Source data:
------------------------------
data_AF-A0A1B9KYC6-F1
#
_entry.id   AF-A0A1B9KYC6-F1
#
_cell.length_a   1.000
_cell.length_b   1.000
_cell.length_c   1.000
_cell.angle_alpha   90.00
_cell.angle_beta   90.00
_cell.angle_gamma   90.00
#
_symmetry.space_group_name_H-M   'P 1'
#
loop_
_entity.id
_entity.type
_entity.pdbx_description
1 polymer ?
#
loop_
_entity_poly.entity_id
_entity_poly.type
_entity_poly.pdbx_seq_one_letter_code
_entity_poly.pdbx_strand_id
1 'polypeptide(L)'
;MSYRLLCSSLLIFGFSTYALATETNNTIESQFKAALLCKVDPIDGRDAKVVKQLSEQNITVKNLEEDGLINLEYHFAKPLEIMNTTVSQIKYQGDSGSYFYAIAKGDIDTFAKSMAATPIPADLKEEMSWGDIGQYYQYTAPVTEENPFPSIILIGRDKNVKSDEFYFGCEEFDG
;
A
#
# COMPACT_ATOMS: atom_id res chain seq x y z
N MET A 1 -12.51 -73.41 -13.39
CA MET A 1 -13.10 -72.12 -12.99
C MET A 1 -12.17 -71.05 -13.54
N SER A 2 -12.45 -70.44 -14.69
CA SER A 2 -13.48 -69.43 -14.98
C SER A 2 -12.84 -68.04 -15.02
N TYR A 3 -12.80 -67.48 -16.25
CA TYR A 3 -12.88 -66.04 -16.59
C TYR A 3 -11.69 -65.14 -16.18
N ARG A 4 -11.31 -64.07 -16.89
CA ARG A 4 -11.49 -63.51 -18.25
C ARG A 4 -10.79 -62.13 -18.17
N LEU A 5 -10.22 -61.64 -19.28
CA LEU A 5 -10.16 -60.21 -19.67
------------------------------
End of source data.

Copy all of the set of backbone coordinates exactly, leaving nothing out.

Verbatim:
data_AF-A0A1B9KYC6-F1
#
_entry.id   AF-A0A1B9KYC6-F1
#
_cell.length_a   1.000
_cell.length_b   1.000
_cell.length_c   1.000
_cell.angle_alpha   90.00
_cell.angle_beta   90.00
_cell.angle_gamma   90.00
#
_symmetry.space_group_name_H-M   'P 1'
#
loop_
_entity.id
_entity.type
_entity.pdbx_description
1 polymer ?
#
loop_
_entity_poly.entity_id
_entity_poly.type
_entity_poly.pdbx_seq_one_letter_code
_entity_poly.pdbx_strand_id
1 'polypeptide(L)'
;MSYRLLCSSLLIFGFSTYALATETNNTIESQFKAALLCKVDPIDGRDAKVVKQLSEQNITVKNLEEDGLINLEYHFAKPLEIMNTTVSQIKYQGDSGSYFYAIAKGDIDTFAKSMAATPIPADLKEEMSWGDIGQYYQYTAPVTEENPFPSIILIGRDKNVKSDEFYFGCEEFDG
;
A
#
# COMPACT_ATOMS: atom_id res chain seq x y z
N MET A 1 -12.51 -73.41 -13.39
CA MET A 1 -13.10 -72.12 -12.99
C MET A 1 -12.17 -71.05 -13.54
N SER A 2 -12.45 -70.44 -14.69
CA SER A 2 -13.48 -69.43 -14.98
C SER A 2 -12.84 -68.04 -15.02
N TYR A 3 -12.80 -67.48 -16.25
CA TYR A 3 -12.88 -66.04 -16.59
C TYR A 3 -11.69 -65.14 -16.18
N ARG A 4 -11.31 -64.07 -16.89
CA ARG A 4 -11.49 -63.51 -18.25
C ARG A 4 -10.79 -62.13 -18.17
N LEU A 5 -10.22 -61.64 -19.28
CA LEU A 5 -10.16 -60.21 -19.67